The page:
ICHTHYOLITES OF THE OLD RED SANDSTONE
PLACODERMI Antiarchs, Ptyctodonts, Rhenanids and Petalichthyids
Bothriolepis sp. from 'Dura Den - A monograph of the Yellow sandstone' 1859 J Anderson
Characterised by having the pectoral fins modified into jointed appendages
covered with dermal plates and much larger thoracic armour (comprised of 2
Median Dorsal plates) compared to the head armour (which features a single
opening for the eyes, olfactory and pineal organs). The Superognathal of the
antiarchs is replaced by a suborbital cutting plate. The body and tail can be
covered with large scales as in Pterichtyodes or almost naked as in Bothriolepis.
The diversity of this group is not great but they were probably the most common
fishes of the Late Devonian although mostly limited to freshwater or deltaic
environments (although Bothriolepis is
also present in the Gogo fauna of the reef complexes in
Antiarchs in my collection (click on thumbnails to see larger images)
Pterichthyodes milleri Mid Devonian
Confined to the Achanarras Horizon of the MORS this fish reached acout 18cm in length.
Microbranchius dicki Mid Devonian Eday Beds, Orkney Islands
This tiny antiarch reached only 3 cm in length and was restricted to the John O' Groats sandstones and equivalents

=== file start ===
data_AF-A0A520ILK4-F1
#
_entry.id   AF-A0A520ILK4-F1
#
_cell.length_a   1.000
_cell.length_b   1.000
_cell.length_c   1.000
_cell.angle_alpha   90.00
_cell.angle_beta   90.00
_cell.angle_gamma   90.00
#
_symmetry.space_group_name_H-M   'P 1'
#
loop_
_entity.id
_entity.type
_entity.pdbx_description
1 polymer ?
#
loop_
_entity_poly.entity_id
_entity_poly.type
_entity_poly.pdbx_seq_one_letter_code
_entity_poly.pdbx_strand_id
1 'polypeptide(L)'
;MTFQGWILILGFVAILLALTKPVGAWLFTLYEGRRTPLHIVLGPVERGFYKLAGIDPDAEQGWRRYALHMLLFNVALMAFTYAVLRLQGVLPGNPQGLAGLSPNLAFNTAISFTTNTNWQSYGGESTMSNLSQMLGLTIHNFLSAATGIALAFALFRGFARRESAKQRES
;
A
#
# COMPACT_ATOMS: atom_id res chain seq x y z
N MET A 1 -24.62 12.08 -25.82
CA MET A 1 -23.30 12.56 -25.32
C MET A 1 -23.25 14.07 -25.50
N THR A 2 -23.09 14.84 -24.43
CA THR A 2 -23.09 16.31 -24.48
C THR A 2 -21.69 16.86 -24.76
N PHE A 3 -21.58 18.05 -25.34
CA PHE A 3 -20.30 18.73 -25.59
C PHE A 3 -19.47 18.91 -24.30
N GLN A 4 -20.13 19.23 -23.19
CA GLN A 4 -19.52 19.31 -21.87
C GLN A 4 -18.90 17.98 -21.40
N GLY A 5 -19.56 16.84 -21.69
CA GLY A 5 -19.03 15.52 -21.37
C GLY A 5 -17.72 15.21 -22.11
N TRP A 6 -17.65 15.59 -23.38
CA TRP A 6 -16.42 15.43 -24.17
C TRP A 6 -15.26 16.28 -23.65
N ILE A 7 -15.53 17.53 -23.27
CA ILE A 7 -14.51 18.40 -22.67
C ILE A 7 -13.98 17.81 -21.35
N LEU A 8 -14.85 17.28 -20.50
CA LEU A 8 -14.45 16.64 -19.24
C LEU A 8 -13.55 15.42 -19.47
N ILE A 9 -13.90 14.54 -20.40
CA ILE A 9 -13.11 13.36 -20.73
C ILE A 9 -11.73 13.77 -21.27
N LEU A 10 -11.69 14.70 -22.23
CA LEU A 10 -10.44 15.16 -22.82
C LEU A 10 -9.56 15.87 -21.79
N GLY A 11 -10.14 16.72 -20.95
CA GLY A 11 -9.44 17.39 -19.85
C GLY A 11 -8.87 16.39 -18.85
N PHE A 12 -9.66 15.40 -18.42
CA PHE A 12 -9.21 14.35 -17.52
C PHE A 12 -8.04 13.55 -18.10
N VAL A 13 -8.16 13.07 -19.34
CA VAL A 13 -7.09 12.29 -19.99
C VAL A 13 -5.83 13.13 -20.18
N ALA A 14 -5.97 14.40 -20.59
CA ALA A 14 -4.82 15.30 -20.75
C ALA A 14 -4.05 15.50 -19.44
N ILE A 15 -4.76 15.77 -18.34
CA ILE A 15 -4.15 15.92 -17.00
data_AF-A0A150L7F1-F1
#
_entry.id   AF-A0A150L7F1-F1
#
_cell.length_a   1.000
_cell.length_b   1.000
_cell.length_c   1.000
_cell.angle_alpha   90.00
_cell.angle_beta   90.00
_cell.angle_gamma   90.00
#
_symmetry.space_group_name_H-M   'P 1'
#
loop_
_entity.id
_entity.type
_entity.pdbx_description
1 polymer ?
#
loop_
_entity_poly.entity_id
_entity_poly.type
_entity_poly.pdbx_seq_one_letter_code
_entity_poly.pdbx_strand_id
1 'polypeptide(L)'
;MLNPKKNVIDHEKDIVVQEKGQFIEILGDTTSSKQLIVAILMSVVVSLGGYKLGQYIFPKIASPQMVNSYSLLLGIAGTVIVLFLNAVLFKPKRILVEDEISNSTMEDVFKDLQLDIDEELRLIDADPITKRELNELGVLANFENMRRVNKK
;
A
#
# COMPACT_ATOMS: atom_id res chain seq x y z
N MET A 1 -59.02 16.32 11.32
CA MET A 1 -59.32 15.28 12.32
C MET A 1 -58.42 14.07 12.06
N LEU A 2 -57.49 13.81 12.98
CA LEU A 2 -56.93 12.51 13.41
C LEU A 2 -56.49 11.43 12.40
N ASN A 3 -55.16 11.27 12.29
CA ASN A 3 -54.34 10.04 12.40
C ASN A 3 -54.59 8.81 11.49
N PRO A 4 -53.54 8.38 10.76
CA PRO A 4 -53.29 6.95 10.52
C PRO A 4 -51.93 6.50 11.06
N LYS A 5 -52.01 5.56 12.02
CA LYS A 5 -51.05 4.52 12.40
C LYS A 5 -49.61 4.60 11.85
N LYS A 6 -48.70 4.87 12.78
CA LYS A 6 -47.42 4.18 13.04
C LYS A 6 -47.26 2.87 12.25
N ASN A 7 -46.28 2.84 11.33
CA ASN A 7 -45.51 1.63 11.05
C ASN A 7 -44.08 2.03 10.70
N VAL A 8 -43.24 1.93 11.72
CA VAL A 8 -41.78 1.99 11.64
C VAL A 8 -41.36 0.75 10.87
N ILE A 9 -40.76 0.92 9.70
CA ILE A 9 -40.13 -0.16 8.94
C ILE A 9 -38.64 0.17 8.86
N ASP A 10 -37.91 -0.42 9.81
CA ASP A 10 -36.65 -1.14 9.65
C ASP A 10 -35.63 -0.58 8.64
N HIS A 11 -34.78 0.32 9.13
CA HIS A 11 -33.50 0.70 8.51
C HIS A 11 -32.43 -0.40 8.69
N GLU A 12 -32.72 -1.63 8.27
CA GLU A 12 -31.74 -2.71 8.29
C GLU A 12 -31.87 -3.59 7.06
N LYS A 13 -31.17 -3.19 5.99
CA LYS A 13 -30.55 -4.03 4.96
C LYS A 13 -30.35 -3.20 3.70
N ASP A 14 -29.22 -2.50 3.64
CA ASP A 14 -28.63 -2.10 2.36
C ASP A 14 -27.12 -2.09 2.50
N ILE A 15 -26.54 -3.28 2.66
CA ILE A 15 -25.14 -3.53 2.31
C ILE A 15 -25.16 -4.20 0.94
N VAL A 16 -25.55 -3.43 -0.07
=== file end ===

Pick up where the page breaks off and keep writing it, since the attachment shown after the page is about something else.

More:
Bothriolepis canadenesis Upper Devonian, Escuminac Formation, Miguasha, Quebec, Canada
Bothriolepis canadenesis mass mortality plate with Scaumenacia and plant material
Pterichthyodes images from Woodward 1899 and 'The fishes of the ORS of Britain' Traquair, 1904
In many respects the Ptyctodonts (‘beak tooth’) resemble the extant chimaerids with crushing (trabecular) plates in the jaws. They are the only Placoderms that show sexual dimorphism with the male having claspers in both Ctenurella and Rhamphodopsis. They had reduced head plates, reduced thoracic shields and long bodies.
These placoderms are very similar to extant skates and rays, being characterised by considerably enlarged pectoral fins (even the braincase, labyrinth and other internal features are suggestive of batomorphs) however, they are clearly placoderms as shown by the pattern of dermal plates.
Characterised by having dorsal orbits, these placoderms have widely splayed pectoral fins and long spinal plates. Lunaspis from Early Devonian Bundenbach slate of Germany is the best known example.
Acanthothoraci, Stensioellida and Pseudopetalichthyida Placoderms.